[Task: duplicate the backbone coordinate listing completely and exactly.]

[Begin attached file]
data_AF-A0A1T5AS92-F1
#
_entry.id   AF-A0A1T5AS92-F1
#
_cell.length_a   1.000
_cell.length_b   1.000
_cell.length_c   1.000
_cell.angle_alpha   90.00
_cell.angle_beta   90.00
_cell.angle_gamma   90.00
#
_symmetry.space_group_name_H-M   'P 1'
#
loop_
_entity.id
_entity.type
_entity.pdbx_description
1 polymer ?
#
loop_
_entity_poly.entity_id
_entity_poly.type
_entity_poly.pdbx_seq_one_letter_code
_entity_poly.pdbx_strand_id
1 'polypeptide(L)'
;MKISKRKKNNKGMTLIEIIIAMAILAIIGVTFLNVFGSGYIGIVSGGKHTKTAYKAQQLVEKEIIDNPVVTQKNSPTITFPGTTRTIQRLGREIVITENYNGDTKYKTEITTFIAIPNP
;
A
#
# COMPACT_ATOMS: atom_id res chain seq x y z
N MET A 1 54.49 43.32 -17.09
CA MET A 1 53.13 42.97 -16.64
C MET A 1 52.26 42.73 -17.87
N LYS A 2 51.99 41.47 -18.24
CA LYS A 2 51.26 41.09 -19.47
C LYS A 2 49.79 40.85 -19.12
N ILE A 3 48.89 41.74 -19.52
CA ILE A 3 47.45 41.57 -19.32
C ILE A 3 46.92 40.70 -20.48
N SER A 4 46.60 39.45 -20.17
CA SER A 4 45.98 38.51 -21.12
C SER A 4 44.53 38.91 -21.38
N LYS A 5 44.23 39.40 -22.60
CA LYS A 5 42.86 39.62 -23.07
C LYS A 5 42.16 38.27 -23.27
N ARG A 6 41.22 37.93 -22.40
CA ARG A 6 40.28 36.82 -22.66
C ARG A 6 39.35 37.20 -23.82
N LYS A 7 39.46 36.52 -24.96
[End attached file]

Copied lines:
data_AF-A0A1T5AS92-F1
#
_entry.id   AF-A0A1T5AS92-F1
#
_cell.length_a   1.000
_cell.length_b   1.000
_cell.length_c   1.000
_cell.angle_alpha   90.00
_cell.angle_beta   90.00
_cell.angle_gamma   90.00
#
_symmetry.space_group_name_H-M   'P 1'
#
loop_
_entity.id
_entity.type
_entity.pdbx_description
1 polymer ?
#
loop_
_entity_poly.entity_id
_entity_poly.type
_entity_poly.pdbx_seq_one_letter_code
_entity_poly.pdbx_strand_id
1 'polypeptide(L)'
;MKISKRKKNNKGMTLIEIIIAMAILAIIGVTFLNVFGSGYIGIVSGGKHTKTAYKAQQLVEKEIIDNPVVTQKNSPTITFPGTTRTIQRLGREIVITENYNGDTKYKTEITTFIAIPNP
;
A
#
# COMPACT_ATOMS: atom_id res chain seq x y z
N MET A 1 54.49 43.32 -17.09
CA MET A 1 53.13 42.97 -16.64
C MET A 1 52.26 42.73 -17.87
N LYS A 2 51.99 41.47 -18.24
CA LYS A 2 51.26 41.09 -19.47
C LYS A 2 49.79 40.85 -19.12
N ILE A 3 48.89 41.74 -19.52
CA ILE A 3 47.45 41.57 -19.32
C ILE A 3 46.92 40.70 -20.48
N SER A 4 46.60 39.45 -20.17
CA SER A 4 45.98 38.51 -21.12
C SER A 4 44.53 38.91 -21.38
N LYS A 5 44.23 39.40 -22.60
CA LYS A 5 42.86 39.62 -23.07
C LYS A 5 42.16 38.27 -23.27
N ARG A 6 41.22 37.93 -22.40
CA ARG A 6 40.28 36.82 -22.66
C ARG A 6 39.35 37.20 -23.82
N LYS A 7 39.46 36.52 -24.96